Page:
God is near, but we are the ones who are often far away from Him. Elijah certainly doesn’t seem to be walking in powerful faithfulness at this point. But notice that God has not gone away… he continues to minister to Elijah’s fearful heart.

Go Stand on the Mountain…

2. God is Speaking

1 Kings 19:12b-13 But the Lord wasn’t in the fire. After the fire, there was a sound. Thin. Quiet. 13 When Elijah heard it, he wrapped his face in his coat. He went out and stood at the cave’s entrance. A voice came to him and said, “Why are you here, Elijah?”

 “a sound of a gentle blowing” (NASB); “a gentle whisper” (NIV); “a still small voice” (KJV). Elijah gives the same speech twice to God. We are grateful to know that Elijah kept talking, and God allowed him to express himself openly and honestly.

Michael Chan says this “ demonstrate how deeply paralyzed he has become by the queen’s words.” He goes on to say that Elijah’s pronouncements are simply untrue. He is not the only one left who is loyal to God. Elijah was largely responsible for leading many Israelites to repentance (1 Kings 18:38).  And what about Obadiah, about whom the text says, he “revered the Lord greatly” (1 Kings 18:3)? Blinded by fear, Elijah is unable to see God’s work on Mt. Carmel and elsewhere. But it’s not what Elijah says that is so important, it is that God continues to be faithful to Elijah.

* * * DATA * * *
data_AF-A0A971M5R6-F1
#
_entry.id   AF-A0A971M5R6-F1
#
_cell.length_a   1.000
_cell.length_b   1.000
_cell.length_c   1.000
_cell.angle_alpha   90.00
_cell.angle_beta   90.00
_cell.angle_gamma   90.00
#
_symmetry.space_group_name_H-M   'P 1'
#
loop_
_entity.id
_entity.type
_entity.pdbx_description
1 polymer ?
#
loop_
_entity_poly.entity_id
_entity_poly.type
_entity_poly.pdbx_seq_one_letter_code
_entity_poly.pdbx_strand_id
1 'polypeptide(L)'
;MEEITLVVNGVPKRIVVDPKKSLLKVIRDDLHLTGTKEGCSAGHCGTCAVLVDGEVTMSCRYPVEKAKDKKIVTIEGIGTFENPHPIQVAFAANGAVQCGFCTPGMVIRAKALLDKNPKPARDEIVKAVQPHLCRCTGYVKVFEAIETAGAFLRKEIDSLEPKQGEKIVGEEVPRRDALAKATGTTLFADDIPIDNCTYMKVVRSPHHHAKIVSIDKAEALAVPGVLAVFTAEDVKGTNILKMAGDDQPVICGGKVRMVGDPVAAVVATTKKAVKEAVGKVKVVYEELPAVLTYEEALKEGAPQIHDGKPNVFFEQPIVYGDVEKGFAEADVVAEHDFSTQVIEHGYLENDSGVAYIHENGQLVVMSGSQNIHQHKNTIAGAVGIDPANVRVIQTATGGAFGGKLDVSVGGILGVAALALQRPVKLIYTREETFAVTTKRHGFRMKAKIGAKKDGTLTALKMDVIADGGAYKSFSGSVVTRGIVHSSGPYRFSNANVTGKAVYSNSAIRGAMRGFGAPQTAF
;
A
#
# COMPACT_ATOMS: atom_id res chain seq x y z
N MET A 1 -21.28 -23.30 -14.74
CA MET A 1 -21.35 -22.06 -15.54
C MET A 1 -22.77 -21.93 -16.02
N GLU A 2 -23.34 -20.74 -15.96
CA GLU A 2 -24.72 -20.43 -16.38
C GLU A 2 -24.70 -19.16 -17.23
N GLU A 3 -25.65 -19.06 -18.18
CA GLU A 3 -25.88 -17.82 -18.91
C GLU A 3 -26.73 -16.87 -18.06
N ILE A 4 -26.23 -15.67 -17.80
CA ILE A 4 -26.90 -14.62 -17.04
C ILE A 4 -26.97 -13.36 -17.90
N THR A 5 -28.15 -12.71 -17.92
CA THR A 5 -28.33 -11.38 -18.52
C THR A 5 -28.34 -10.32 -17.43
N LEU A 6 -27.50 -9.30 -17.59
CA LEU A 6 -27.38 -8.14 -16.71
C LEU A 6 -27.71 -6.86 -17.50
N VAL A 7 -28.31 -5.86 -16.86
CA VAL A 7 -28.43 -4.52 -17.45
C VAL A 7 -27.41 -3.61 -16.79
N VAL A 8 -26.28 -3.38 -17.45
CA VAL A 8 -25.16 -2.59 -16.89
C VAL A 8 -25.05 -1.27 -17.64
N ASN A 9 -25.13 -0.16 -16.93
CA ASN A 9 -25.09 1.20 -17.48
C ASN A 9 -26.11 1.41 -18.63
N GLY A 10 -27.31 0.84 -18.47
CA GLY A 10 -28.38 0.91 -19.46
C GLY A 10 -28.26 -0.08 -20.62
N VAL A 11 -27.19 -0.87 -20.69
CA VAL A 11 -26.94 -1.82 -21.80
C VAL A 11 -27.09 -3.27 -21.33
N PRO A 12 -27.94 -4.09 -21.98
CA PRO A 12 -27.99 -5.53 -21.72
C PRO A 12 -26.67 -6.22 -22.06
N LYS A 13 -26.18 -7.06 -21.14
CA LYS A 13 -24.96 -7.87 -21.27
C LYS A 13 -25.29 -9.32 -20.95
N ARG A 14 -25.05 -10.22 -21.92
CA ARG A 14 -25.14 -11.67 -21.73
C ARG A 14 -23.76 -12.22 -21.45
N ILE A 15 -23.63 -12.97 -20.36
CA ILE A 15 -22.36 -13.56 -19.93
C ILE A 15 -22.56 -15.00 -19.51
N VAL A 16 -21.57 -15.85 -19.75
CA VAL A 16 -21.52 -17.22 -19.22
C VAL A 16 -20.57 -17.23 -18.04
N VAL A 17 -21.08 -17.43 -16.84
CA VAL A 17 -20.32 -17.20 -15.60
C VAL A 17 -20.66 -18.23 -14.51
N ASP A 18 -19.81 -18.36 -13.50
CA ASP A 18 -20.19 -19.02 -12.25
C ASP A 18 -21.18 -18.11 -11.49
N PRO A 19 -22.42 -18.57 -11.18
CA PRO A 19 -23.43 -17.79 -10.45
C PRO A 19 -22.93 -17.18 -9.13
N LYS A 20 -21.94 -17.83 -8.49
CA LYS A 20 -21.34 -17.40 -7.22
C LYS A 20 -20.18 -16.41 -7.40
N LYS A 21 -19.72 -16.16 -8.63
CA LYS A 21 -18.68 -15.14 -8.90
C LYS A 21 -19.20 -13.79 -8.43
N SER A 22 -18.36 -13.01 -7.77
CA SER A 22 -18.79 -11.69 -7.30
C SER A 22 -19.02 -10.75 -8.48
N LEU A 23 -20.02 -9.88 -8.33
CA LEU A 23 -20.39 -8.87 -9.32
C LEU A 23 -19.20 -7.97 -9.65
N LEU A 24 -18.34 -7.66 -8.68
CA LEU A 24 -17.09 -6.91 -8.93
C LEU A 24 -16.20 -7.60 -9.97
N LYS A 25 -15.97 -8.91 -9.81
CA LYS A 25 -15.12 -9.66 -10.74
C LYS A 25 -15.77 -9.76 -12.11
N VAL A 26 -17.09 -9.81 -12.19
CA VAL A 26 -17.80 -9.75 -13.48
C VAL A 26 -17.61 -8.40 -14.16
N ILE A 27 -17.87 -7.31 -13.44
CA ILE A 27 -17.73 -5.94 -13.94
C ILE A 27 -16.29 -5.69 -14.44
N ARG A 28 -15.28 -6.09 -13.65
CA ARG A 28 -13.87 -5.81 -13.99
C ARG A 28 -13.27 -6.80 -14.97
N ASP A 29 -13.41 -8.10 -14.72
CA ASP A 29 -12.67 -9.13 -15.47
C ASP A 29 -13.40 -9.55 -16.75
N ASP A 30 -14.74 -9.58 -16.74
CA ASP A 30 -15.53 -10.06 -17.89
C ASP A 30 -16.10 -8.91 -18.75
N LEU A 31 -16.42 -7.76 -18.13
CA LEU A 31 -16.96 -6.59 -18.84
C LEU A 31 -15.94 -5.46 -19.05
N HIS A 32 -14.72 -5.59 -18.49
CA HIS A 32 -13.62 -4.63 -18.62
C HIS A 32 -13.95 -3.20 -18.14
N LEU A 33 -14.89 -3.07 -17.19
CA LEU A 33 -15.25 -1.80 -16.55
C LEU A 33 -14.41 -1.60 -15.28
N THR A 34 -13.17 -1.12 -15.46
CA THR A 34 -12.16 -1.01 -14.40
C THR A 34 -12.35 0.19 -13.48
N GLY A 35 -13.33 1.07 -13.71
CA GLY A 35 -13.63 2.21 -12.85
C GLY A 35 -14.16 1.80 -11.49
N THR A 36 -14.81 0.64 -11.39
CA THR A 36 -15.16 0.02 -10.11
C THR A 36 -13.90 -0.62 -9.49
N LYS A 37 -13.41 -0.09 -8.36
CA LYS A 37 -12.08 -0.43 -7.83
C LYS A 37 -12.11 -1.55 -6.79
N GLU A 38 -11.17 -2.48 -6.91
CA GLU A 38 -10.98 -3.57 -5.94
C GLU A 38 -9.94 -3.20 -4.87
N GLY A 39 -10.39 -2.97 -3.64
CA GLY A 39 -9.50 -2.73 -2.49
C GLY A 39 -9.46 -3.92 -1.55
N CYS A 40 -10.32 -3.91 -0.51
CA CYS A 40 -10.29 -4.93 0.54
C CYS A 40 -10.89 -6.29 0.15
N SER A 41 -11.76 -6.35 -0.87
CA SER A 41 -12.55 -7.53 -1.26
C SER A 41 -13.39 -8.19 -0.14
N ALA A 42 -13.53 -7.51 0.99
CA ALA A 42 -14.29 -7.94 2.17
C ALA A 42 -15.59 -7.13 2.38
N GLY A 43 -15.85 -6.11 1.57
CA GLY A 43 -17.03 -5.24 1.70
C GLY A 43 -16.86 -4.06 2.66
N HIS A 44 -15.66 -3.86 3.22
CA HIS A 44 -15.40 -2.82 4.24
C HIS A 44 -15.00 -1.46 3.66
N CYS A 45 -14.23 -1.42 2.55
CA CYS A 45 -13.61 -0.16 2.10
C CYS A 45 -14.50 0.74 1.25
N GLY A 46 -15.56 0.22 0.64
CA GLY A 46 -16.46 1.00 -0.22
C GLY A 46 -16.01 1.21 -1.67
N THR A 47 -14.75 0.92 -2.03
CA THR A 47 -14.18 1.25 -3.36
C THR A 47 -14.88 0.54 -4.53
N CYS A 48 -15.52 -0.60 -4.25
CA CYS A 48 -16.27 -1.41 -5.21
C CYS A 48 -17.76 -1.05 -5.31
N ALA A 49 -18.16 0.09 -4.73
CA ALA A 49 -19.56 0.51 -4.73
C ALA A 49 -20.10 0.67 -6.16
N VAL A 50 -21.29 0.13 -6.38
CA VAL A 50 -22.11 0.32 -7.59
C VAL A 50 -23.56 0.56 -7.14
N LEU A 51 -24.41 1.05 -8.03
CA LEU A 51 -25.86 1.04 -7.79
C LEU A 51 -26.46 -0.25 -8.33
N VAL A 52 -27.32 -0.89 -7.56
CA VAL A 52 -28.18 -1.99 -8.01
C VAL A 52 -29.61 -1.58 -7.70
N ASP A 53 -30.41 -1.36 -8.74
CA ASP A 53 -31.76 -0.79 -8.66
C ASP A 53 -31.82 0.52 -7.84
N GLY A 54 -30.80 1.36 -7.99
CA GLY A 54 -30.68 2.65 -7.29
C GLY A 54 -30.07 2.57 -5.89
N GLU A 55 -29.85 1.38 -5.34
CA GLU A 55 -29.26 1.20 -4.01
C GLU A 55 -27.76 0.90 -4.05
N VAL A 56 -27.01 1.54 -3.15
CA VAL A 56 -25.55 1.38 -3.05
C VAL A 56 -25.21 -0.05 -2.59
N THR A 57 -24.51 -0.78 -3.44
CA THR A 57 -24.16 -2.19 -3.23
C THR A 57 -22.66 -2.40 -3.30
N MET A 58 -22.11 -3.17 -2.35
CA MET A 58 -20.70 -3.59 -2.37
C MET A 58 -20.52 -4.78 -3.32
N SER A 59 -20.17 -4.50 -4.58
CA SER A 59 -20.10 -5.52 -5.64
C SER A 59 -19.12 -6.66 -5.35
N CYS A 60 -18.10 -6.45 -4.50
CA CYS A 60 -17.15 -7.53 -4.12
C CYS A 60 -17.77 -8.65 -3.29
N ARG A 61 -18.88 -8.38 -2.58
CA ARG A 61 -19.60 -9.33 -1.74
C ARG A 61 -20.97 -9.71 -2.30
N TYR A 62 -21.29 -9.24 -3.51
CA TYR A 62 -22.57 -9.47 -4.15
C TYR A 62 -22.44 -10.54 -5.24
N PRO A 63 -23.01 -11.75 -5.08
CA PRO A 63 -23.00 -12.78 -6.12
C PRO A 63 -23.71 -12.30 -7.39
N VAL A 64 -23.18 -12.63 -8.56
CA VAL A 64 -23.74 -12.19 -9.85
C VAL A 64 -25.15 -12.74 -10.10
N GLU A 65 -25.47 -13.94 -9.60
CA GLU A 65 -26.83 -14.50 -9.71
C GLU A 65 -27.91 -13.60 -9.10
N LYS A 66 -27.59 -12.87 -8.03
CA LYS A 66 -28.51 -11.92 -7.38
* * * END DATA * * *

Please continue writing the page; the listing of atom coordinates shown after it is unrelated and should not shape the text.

The Grace of God in dealing with us in our own failures is truly amazing. How is God speaking to us today in our struggles and hardships? Primarily through His word. Through the influence of others. Through the Spirit’s influence in our heart. But if we aren’t in the Word then we will not be able to discern the voice of God. When God speaks he again asks Elijah why he remains in this cave. If God were speaking clearly to you today, what would He ask you? What cave are you dwelling in? Cave of discouragement, disillusionment, destructive habits? We are often so focused on others and what they do or say that we forget to look in the mirror.

Go Stand on the Mountain…

3. God is Working

1 Kings 19:l4-17 He said, “I’ve been very passionate for the Lord God of heavenly forces because the Israelites have abandoned your covenant. They have torn down your altars, and they have murdered your prophets with the sword. I’m the only one left, and now they want to take my life too.” The Lord said to him, “Go back through the desert to Damascus and anoint Hazael as king of Aram. Also anoint Jehu, Nimshi’s son, as king of Israel; and anoint Elisha from Abel-meholah, Shaphat’s son, to succeed you as prophet. Whoever escapes from the sword of Hazael, Jehu will kill. Whoever escapes from the sword of Jehu, Elisha will kill.